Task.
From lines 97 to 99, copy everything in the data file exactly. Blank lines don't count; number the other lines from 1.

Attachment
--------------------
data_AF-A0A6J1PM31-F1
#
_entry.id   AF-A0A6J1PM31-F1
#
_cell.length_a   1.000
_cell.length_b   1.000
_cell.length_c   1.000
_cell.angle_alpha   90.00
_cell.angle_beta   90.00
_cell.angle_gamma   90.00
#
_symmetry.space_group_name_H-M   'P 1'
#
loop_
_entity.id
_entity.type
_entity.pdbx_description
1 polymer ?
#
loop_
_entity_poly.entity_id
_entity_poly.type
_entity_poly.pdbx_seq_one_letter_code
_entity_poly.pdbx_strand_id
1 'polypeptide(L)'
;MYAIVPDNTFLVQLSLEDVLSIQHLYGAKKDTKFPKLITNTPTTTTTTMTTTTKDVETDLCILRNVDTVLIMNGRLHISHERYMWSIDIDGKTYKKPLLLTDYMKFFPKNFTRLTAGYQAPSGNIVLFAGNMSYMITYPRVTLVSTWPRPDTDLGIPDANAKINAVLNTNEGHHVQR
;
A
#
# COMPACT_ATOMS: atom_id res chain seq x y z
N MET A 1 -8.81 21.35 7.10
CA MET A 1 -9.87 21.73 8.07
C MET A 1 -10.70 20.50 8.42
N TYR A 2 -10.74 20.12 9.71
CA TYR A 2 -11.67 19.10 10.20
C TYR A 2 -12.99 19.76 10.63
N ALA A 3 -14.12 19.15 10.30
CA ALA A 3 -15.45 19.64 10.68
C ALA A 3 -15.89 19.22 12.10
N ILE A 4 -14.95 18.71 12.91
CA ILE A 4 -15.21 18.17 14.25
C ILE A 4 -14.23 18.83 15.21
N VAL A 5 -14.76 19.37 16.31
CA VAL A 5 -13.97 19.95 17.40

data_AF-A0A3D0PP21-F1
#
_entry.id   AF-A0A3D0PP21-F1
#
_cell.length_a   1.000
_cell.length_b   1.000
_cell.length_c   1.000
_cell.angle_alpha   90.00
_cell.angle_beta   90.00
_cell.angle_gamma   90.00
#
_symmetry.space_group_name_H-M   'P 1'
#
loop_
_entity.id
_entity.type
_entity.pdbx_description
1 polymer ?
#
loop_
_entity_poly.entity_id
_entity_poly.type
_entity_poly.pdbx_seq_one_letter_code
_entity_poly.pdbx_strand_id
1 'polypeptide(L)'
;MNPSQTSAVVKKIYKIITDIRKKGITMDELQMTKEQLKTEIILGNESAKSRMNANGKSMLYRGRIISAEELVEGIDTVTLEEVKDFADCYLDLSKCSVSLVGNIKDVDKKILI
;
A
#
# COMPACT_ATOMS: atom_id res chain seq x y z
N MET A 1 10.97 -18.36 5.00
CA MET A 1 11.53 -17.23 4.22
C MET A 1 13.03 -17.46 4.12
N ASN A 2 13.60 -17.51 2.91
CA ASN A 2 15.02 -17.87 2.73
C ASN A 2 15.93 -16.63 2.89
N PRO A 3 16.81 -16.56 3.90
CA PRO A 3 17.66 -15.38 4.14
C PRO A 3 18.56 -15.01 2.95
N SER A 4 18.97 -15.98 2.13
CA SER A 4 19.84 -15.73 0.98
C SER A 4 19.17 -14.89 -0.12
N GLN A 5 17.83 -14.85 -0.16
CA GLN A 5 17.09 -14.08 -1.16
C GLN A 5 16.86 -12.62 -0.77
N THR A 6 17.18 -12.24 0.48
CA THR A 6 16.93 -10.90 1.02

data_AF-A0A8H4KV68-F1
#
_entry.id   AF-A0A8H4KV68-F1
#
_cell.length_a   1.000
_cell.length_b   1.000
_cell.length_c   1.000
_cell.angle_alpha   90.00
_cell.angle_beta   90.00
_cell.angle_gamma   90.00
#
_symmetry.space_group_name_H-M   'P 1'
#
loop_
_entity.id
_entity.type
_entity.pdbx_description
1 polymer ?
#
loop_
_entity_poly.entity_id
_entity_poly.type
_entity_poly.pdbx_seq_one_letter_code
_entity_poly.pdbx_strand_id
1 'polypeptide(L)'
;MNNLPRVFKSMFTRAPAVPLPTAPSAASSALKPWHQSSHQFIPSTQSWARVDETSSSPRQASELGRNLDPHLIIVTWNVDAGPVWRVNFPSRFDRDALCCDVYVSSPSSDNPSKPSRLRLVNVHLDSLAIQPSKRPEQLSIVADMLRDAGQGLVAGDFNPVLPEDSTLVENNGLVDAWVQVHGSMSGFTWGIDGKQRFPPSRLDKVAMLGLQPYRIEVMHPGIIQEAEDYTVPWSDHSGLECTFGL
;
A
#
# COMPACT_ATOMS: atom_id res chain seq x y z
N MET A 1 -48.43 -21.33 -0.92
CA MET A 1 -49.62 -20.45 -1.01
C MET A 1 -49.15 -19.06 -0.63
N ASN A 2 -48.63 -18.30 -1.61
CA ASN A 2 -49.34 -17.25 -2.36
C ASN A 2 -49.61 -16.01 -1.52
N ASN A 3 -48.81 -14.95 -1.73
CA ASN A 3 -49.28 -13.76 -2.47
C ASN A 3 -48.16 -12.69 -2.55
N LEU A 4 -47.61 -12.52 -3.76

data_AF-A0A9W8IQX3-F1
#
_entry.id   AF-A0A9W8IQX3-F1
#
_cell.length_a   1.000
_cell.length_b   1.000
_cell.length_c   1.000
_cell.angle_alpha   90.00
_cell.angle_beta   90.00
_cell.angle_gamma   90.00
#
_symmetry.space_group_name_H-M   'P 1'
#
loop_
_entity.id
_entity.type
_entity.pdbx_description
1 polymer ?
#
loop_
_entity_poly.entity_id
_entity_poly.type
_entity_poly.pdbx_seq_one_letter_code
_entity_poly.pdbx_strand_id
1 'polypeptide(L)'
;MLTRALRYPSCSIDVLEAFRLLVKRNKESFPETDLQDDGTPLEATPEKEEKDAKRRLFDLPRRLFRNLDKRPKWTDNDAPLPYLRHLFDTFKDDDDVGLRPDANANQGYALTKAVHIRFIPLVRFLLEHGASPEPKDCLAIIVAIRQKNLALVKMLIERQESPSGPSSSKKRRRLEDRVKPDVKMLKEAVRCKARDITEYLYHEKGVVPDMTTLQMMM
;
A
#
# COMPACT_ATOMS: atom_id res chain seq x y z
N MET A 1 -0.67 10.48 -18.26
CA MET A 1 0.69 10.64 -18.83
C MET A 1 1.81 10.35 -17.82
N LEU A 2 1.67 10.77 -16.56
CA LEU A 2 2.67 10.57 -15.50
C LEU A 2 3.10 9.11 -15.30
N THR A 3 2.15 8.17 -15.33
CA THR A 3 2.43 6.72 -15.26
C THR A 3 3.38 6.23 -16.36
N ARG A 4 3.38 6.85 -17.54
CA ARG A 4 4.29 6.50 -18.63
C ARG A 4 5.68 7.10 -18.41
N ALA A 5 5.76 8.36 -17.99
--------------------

_cell.length_b   1.000
_cell.length_c   1.000
_cell.angle_alpha   90.00